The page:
Hospital outbreaks of COVID19 result in considerable mortality and disruption to healthcare services and yet little is known about transmission within this setting. We characterise within hospital transmission by combining viral genomic and epidemiological data using Bayesian modelling amongst 2181 patients and healthcare workers from a large UK NHS Trust. Transmission events were compared between Wave 1 (1st March to 25th J'uly 2020) and Wave 2 (30th November 2020 to 24th January 2021). We show that staff-to-staff transmissions reduced from 31.6% to 12.9% of all infections. Patient-to-patient transmissions increased from 27.1% to 52.1%. 40%-50% of hospital-onset patient cases resulted in onward transmission compared to 4% of community-acquired cases. Control measures introduced during the pandemic likely reduced transmissions between healthcare workers but were insufficient to prevent increasing numbers of patient-to-patient transmissions. As hospital-acquired cases drive most onward transmission, earlier identification of nosocomial cases will be required to break hospital transmission chains.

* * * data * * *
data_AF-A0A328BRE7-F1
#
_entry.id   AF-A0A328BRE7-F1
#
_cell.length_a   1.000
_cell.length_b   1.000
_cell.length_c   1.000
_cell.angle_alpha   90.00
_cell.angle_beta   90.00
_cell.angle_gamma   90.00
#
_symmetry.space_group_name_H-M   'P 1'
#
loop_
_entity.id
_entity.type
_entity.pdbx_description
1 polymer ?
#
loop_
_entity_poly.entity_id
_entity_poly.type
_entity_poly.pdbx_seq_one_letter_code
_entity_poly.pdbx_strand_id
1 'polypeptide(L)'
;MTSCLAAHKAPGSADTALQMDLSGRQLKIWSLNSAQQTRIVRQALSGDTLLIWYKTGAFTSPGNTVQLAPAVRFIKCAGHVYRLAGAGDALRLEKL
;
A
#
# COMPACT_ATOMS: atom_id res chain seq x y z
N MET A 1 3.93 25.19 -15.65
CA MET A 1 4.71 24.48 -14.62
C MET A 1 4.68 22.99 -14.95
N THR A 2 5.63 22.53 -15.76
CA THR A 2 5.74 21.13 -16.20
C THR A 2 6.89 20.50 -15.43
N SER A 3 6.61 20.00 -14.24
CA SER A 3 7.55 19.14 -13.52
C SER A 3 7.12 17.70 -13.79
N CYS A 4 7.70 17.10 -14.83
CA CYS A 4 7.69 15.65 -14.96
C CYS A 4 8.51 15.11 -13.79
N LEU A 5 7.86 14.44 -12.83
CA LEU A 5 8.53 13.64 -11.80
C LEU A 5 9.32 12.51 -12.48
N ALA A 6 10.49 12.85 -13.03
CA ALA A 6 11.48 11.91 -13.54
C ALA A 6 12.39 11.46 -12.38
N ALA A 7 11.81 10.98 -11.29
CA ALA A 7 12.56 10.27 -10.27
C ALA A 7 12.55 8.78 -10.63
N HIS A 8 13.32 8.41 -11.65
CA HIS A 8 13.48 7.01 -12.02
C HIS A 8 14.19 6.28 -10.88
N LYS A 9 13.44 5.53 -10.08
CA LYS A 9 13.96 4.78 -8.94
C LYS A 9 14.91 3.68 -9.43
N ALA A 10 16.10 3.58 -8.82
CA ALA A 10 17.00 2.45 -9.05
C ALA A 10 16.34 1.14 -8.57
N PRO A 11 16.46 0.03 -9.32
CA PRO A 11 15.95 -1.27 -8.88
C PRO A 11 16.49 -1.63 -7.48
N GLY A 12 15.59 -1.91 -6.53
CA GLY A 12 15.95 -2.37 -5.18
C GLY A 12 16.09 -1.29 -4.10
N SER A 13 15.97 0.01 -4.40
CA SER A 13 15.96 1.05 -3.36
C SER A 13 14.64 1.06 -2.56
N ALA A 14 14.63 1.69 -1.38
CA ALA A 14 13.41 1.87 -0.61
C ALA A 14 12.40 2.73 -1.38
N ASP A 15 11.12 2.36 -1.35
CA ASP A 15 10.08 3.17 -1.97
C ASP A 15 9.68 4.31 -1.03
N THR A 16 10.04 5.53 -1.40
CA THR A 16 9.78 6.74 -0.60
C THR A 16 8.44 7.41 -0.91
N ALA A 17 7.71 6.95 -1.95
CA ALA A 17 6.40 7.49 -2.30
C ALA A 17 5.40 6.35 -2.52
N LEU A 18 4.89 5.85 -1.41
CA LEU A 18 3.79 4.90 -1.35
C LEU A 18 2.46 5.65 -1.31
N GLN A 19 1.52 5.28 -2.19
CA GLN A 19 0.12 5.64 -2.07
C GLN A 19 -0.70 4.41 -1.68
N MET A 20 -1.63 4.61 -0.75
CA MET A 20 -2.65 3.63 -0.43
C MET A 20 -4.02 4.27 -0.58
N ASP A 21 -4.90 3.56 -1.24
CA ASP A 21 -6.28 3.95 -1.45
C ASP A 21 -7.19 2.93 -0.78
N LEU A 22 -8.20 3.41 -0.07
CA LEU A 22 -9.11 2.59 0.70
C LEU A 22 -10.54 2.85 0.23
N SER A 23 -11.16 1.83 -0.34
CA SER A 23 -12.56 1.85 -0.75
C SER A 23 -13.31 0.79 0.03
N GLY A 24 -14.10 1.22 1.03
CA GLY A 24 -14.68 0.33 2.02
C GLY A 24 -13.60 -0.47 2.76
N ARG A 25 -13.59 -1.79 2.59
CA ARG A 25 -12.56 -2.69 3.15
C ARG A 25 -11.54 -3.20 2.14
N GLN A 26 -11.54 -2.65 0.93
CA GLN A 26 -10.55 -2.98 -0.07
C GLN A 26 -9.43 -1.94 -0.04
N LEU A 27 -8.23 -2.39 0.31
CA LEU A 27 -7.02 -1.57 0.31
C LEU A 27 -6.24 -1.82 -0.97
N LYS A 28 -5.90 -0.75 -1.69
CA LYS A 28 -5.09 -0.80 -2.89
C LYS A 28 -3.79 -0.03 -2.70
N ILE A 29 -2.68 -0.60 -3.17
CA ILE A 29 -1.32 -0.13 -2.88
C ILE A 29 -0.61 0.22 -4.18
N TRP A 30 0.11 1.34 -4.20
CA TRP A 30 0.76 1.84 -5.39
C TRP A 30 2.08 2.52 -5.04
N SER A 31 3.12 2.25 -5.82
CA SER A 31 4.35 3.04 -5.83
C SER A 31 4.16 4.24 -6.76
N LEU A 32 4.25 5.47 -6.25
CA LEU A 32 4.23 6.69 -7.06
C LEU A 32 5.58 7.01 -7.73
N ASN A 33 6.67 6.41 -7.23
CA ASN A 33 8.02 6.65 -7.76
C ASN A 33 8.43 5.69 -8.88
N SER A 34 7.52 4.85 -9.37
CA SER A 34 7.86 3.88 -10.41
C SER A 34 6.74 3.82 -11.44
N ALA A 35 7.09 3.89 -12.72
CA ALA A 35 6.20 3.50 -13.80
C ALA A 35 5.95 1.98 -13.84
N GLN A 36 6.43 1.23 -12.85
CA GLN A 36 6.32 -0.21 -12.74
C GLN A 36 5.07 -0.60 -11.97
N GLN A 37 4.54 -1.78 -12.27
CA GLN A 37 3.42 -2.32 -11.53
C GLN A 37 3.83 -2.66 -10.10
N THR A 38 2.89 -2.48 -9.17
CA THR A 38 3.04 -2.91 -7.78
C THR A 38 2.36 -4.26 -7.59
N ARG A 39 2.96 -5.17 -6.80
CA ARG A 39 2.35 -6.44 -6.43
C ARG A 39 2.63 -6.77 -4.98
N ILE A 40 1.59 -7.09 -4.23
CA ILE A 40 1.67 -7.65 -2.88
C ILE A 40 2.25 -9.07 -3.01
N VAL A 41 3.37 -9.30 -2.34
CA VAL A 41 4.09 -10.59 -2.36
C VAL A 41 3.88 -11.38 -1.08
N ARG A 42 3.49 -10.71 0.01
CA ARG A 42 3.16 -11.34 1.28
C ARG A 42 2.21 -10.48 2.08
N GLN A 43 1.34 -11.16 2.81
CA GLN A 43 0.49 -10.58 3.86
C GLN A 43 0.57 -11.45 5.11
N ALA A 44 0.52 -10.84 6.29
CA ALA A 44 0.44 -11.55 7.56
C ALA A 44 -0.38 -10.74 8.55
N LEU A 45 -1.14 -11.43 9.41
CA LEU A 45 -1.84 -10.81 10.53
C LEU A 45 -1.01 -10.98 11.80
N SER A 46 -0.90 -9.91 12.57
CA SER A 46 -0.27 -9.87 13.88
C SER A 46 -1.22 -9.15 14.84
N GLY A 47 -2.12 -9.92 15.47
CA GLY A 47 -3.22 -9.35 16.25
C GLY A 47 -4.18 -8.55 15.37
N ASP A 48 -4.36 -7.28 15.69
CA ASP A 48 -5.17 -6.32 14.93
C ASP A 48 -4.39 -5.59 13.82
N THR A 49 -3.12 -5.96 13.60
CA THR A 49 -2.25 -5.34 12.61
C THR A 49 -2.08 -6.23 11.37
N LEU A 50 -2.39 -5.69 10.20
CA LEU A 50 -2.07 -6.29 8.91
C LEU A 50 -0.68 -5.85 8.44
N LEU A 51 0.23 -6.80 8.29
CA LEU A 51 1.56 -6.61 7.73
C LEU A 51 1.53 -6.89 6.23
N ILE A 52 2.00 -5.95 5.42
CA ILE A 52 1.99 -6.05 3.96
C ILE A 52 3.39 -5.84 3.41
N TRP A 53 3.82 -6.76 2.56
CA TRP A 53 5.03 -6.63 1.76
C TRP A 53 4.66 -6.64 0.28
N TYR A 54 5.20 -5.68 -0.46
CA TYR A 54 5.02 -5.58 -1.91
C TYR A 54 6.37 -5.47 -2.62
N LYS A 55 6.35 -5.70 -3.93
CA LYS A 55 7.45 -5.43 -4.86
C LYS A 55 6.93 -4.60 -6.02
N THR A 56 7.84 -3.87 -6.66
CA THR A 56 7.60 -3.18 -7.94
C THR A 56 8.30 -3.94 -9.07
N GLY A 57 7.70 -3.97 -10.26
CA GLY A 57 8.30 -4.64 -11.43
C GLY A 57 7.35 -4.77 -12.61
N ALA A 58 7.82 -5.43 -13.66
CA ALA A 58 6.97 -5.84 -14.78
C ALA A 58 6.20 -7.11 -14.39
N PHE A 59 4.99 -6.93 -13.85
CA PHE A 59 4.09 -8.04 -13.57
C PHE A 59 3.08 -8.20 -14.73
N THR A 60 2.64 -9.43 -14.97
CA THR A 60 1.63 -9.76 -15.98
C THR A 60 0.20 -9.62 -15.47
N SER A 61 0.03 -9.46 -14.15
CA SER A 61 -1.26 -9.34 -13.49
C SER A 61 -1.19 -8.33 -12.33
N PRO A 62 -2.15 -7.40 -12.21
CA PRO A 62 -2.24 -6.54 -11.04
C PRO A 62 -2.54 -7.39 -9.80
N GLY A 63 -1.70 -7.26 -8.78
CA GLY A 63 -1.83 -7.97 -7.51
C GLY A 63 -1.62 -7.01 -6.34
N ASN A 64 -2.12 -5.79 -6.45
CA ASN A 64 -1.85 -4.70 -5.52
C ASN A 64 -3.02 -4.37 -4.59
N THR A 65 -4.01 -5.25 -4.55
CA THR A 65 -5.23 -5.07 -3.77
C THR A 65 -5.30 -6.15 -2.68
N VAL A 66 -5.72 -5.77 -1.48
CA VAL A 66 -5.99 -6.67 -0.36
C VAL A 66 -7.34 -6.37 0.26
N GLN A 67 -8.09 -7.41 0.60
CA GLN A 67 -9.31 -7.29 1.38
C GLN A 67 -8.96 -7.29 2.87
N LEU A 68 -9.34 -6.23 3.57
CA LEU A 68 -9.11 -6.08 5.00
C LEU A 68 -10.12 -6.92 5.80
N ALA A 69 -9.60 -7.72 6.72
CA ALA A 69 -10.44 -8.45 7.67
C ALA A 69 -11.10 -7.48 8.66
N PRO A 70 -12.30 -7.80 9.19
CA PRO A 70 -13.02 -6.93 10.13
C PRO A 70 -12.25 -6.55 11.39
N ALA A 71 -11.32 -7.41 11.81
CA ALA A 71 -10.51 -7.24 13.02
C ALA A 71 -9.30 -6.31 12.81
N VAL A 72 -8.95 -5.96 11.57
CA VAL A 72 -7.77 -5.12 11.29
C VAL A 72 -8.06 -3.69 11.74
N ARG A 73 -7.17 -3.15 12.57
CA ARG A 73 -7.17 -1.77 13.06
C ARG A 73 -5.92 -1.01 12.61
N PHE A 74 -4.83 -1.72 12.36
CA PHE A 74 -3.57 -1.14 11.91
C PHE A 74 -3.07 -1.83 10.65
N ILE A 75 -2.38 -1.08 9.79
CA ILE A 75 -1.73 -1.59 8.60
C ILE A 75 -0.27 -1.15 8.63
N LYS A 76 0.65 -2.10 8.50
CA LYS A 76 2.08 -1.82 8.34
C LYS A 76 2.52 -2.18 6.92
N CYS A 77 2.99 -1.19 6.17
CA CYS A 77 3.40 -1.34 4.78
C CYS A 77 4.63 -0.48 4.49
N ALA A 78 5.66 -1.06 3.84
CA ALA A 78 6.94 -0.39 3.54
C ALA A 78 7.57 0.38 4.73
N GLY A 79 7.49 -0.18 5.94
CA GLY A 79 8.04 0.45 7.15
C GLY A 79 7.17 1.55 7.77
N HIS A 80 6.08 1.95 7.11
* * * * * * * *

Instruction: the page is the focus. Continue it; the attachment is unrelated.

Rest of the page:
Lindsey BB, Villabona-Arenas CJ, Campbell F, Keeley AJ, Parker MD, Shah DR, Parsons H, Zhang P, Kakkar N, Gallis M, Foulkes BH, Wolverson P, Louka SF, Christou S, State A, Johnson K, Raza M, Hsu S, Jombart T, Cori A, , , , Evans CM, Partridge DG, Atkins KE, Hué S, de Silva TI. (2022). Characterising within-hospitalSARS-CoV-2 transmission events using epidemiological and viral genomic data across two pandemic waves. Nature communications, 13(1)